The Role of Podosomes in Breast Cancer Metastasis

Institution: The Burnham Institute for Medical Research
Investigator(s): Barbara Blouw, Ph.D. -
Award Cycle: 2006 (Cycle 12) Grant #: 12FB-0076 Award: $134,618
Award Type: Postdoctoral Fellowship
Research Priorities
Biology of the Breast Cell>Pathogenesis: understanding the disease



Initial Award Abstract (2006)

One of the mechanisms cancer cells use to invade other tissues is by forming special structures on the cellular membrane called podosomes, which are dynamic, actin-rich adhesion structures in a variety of cell types. Because podosomes are found mainly in motile cells and control the activity of matrix metalloproteases, they are thought to contribute to tissue invasion. My mentorís lab (Dr. Sara Courtneidge) recently identified a key molecule in podosomes, called Tks5, and showed that when the expression of Tks5 is reduced, it will inhibit cellular movement and invasion. Even though it was shown that Tks5 expression correlated with the invasiveness of breast cancer cell lines and tumor biopsies, it is still unclear how Tks5 contributes to breast cancer progression, especially in advanced tumor models.

My first goal is to characterize the primary tumors and lung metastasis of the PyMT mouse for Tks5 expression and test whether Tks5 expression in these tumors correlates with invasiveness and tumor progression. The PyMT mouse model consistently develops mammary tumors with associated lung metastases. I will also test the function of Tks5 in different cell types that are present in the tumor. Next, I will study how deletion of Tks5 in tumor cells and different cell types in the tumor-supporting stroma will affect tumor growth and metastasis. We will use immunohistochemstry to analyze tumor sections (primary and metastasis) of the PyMT mice for Tks5 expression. Next, I will use siRNA technology to reduce Tks5 expression in different cell cultures (epithelial cells, fibroblasts, myeloid cells and endothelial cells) obtained from both primary and lung metastasis of the PyMT mouse. Altered Tks5 levels in cells will be correlated with podosome function using cell invasion assays. In order to study differences between tumor formation and metastasis, I will reduce the expression of Tks5 in carcinoma cell lines derived from the PyMT tumors (primary and lung metastasis) using short hairpin RNA technology and either implant these cells in the fat pad or inject cells in the tail vein of mice. Finally, I will create transgenic mice of the PyMT model in which Tks5 is deleted in specific tissues using the CreLoxP mouse model system.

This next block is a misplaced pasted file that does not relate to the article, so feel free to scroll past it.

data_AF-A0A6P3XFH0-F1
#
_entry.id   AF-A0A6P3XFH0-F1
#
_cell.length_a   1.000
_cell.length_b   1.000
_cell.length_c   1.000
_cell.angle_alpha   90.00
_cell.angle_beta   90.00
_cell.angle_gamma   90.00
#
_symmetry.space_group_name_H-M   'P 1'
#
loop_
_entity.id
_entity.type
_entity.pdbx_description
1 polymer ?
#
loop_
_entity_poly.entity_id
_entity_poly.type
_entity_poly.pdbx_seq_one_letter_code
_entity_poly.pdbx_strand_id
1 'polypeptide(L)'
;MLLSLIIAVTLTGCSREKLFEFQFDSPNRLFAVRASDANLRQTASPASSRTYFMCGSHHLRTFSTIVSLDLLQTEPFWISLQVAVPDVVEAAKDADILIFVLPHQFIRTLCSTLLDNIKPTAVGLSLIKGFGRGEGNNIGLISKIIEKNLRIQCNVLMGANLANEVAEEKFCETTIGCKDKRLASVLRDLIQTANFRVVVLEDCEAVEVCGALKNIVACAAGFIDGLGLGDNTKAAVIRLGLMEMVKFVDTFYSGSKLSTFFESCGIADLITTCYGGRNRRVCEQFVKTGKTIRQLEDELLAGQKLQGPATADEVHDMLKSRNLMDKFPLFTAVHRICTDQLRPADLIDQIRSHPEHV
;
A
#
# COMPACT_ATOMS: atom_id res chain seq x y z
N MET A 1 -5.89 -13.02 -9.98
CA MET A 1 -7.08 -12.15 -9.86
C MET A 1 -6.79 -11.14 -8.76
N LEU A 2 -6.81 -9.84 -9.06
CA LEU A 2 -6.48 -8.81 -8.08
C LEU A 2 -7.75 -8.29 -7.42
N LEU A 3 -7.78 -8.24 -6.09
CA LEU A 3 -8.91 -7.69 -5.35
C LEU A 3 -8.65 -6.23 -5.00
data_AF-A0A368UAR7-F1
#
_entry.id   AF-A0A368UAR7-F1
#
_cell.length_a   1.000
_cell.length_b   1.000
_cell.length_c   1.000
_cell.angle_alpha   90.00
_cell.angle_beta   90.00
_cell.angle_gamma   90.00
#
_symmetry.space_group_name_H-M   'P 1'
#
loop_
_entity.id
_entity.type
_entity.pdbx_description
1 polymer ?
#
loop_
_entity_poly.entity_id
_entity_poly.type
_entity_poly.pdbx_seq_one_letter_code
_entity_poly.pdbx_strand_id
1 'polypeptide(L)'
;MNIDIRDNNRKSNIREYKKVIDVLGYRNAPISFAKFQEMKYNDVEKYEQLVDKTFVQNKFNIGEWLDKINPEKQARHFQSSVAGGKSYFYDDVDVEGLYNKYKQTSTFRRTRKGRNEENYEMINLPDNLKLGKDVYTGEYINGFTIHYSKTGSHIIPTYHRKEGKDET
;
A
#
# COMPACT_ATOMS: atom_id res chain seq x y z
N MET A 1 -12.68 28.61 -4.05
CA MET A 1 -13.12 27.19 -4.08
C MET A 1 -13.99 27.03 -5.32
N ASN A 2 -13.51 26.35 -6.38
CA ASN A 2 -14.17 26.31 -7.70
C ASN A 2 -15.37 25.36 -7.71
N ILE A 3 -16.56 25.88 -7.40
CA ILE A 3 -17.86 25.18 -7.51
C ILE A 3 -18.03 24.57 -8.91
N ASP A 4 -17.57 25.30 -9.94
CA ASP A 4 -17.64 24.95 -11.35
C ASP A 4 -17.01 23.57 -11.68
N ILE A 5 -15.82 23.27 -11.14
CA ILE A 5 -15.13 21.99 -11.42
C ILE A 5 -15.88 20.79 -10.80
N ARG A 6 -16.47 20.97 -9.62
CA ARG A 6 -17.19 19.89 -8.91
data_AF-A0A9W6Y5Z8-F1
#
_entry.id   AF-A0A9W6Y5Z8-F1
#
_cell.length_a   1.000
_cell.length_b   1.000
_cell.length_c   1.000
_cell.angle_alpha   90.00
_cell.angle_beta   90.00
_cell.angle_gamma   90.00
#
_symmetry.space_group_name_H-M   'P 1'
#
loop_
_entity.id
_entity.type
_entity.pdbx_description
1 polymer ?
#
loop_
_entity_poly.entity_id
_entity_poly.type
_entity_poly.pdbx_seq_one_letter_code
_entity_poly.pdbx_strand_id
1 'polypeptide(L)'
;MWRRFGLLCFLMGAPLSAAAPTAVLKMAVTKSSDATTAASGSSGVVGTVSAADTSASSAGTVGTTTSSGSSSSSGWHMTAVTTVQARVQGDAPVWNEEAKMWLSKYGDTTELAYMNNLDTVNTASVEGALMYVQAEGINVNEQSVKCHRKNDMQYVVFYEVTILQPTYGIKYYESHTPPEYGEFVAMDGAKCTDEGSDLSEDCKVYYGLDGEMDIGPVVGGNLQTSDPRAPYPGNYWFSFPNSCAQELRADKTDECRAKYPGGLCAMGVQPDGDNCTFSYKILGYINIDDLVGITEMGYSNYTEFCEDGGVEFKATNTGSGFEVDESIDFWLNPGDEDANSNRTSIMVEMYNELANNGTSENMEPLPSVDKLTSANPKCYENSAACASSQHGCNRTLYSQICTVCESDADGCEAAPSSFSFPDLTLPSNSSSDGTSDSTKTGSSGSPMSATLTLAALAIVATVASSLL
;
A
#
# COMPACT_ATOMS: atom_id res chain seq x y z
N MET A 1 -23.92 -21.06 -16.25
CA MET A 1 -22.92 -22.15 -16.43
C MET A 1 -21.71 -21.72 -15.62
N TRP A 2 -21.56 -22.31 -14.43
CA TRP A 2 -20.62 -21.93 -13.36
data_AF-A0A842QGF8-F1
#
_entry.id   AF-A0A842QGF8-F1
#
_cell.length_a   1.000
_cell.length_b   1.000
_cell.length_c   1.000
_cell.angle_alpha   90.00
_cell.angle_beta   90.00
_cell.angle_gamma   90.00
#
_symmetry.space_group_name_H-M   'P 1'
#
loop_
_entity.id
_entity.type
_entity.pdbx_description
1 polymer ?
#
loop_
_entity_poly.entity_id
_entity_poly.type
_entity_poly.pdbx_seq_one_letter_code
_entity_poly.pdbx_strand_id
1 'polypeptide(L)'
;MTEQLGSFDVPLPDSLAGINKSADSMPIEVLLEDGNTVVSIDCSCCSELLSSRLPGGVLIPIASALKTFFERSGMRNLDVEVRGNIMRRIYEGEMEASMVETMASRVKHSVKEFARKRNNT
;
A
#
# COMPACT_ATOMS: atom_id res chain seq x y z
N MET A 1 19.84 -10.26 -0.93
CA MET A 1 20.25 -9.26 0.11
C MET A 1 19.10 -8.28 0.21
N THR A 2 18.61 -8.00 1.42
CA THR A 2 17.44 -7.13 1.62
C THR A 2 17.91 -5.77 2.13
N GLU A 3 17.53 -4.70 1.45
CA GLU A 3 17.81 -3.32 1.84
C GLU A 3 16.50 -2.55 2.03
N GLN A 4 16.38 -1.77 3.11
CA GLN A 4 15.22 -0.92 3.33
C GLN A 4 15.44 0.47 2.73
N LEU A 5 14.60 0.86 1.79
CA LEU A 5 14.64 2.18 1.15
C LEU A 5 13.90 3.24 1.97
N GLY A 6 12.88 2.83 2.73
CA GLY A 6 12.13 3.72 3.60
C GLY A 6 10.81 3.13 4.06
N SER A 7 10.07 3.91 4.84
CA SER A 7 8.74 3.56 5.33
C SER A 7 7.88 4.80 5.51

This research will clarify how Tks5 and podosome formation contributes to tumor progression in breast cancer.




Final Report (2009)

In recent years, improvements in the early detection of breast cancer have greatly reduced the mortality of breast cancer. However, once the primary tumor has metastasized through the body and colonized a distant organ, treatment options are limited. Therefore it is crucial to understand the mechanisms cancer cells use to metastasize, in order to be able to find new targets for the development of novel drugs. Mounting evidence suggest that one of the methods cancer cells use to invade the surrounding tissue is by means of specialized structures called podosomes. These are located on the ventral side of the cellular membrane, are actin rich and are composed of a number of different proteins, including a Src-scaffold protein named Tks5. Tks5 was shown to be essential for podosome formation in various cell lines and its expression in human breast cancer samples correlates with tumor progression. These data led me to hypothesize that Tks5 and podosomes might play a role in breast cancer tumor growth and progression.

To answer this question I used a mouse model of breast cancer. First, I found that Tks5 is also expressed the cancer cells of the tumors and metastasis in the commonly used PyMT mouse model of breast cancer. Tks5 is also expressed in the human breast cancer cell line MDA-231. When inoculated in the fat pad of immunocompromised mice, this cell line will recapitulate human breast cancer tumor progression with metastasis to the lung and lymph nodes. Therefore, I chose to use this cell line to ask whether Tks5 and podosomes are required for primary tumor growth and metastasis. Preliminary data suggests that upon a reduced expression of Tks5 in these cells, primary tumor growth is decreased. These experiments are currently being verified and will be further analyzed for the role of Tks5 and podosomes in metastasis.

Publications:
The Invadopodia Scaffold Protein Tks5 Is Required for the Growth of Human Breast Cancer Cells



A role for the podosome/invadopodia scaffold protein Tks5 in tumor growth in vivo.
Periodical:European Journal of Cell Biology
Index Medicus: Eur J Cell Biol
Authors: Blouw B, Seals DF, Pass I, Diaz B, Courtneidge SA
Yr: 2008 Vol: Nbr: Abs: Pg:Apr 14 (E-Pub)